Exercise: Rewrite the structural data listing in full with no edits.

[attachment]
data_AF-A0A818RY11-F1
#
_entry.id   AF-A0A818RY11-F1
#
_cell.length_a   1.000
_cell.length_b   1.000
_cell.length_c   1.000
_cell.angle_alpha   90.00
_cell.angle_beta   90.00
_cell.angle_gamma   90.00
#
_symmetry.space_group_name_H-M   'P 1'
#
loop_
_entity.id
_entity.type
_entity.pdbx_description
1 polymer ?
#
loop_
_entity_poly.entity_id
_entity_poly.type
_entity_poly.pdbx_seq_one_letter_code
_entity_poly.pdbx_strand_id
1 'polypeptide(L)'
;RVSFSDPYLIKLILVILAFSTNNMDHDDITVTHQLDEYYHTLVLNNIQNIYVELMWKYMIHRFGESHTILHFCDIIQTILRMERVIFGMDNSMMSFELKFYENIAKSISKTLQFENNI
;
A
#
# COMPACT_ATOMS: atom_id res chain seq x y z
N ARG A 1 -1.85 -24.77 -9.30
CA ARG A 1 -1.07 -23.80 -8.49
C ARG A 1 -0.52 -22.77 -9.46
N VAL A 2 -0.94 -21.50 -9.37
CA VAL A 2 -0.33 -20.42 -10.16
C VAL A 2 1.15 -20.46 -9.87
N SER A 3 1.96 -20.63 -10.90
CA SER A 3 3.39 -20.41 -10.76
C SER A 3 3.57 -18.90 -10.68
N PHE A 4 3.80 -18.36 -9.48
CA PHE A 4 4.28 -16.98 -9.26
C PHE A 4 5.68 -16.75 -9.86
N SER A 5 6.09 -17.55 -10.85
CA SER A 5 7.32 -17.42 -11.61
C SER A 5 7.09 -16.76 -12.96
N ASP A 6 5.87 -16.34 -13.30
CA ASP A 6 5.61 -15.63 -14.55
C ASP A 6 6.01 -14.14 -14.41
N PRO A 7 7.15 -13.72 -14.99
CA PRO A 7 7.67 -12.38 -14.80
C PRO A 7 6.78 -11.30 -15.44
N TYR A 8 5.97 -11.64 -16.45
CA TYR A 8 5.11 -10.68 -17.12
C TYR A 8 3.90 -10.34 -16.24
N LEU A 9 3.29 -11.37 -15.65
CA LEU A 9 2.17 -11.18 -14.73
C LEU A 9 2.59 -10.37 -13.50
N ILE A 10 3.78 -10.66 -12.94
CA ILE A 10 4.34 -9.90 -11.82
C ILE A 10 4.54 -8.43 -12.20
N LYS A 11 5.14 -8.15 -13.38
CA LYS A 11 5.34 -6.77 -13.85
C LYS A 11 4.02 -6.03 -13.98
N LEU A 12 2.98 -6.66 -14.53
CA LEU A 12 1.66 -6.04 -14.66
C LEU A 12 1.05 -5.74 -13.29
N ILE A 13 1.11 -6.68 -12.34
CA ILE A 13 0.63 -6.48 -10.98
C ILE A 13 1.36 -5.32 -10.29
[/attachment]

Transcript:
data_AF-A0A818RY11-F1
#
_entry.id   AF-A0A818RY11-F1
#
_cell.length_a   1.000
_cell.length_b   1.000
_cell.length_c   1.000
_cell.angle_alpha   90.00
_cell.angle_beta   90.00
_cell.angle_gamma   90.00
#
_symmetry.space_group_name_H-M   'P 1'
#
loop_
_entity.id
_entity.type
_entity.pdbx_description
1 polymer ?
#
loop_
_entity_poly.entity_id
_entity_poly.type
_entity_poly.pdbx_seq_one_letter_code
_entity_poly.pdbx_strand_id
1 'polypeptide(L)'
;RVSFSDPYLIKLILVILAFSTNNMDHDDITVTHQLDEYYHTLVLNNIQNIYVELMWKYMIHRFGESHTILHFCDIIQTILRMERVIFGMDNSMMSFELKFYENIAKSISKTLQFENNI
;
A
#
# COMPACT_ATOMS: atom_id res chain seq x y z
N ARG A 1 -1.85 -24.77 -9.30
CA ARG A 1 -1.07 -23.80 -8.49
C ARG A 1 -0.52 -22.77 -9.46
N VAL A 2 -0.94 -21.50 -9.37
CA VAL A 2 -0.33 -20.42 -10.16
C VAL A 2 1.15 -20.46 -9.87
N SER A 3 1.96 -20.63 -10.90
CA SER A 3 3.39 -20.41 -10.76
C SER A 3 3.57 -18.90 -10.68
N PHE A 4 3.80 -18.36 -9.48
CA PHE A 4 4.28 -16.98 -9.26
C PHE A 4 5.68 -16.75 -9.86
N SER A 5 6.09 -17.55 -10.85
CA SER A 5 7.32 -17.42 -11.61
C SER A 5 7.09 -16.76 -12.96
N ASP A 6 5.87 -16.34 -13.30
CA ASP A 6 5.61 -15.63 -14.55
C ASP A 6 6.01 -14.14 -14.41
N PRO A 7 7.15 -13.72 -14.99
CA PRO A 7 7.67 -12.38 -14.80
C PRO A 7 6.78 -11.30 -15.44
N TYR A 8 5.97 -11.64 -16.45
CA TYR A 8 5.11 -10.68 -17.12
C TYR A 8 3.90 -10.34 -16.24
N LEU A 9 3.29 -11.37 -15.65
CA LEU A 9 2.17 -11.18 -14.73
C LEU A 9 2.59 -10.37 -13.50
N ILE A 10 3.78 -10.66 -12.94
CA ILE A 10 4.34 -9.90 -11.82
C ILE A 10 4.54 -8.43 -12.20
N LYS A 11 5.14 -8.15 -13.38
CA LYS A 11 5.34 -6.77 -13.85
C LYS A 11 4.02 -6.03 -13.98
N LEU A 12 2.98 -6.66 -14.53
CA LEU A 12 1.66 -6.04 -14.66
C LEU A 12 1.05 -5.74 -13.29
N ILE A 13 1.11 -6.68 -12.34
CA ILE A 13 0.63 -6.48 -10.98
C ILE A 13 1.36 -5.32 -10.29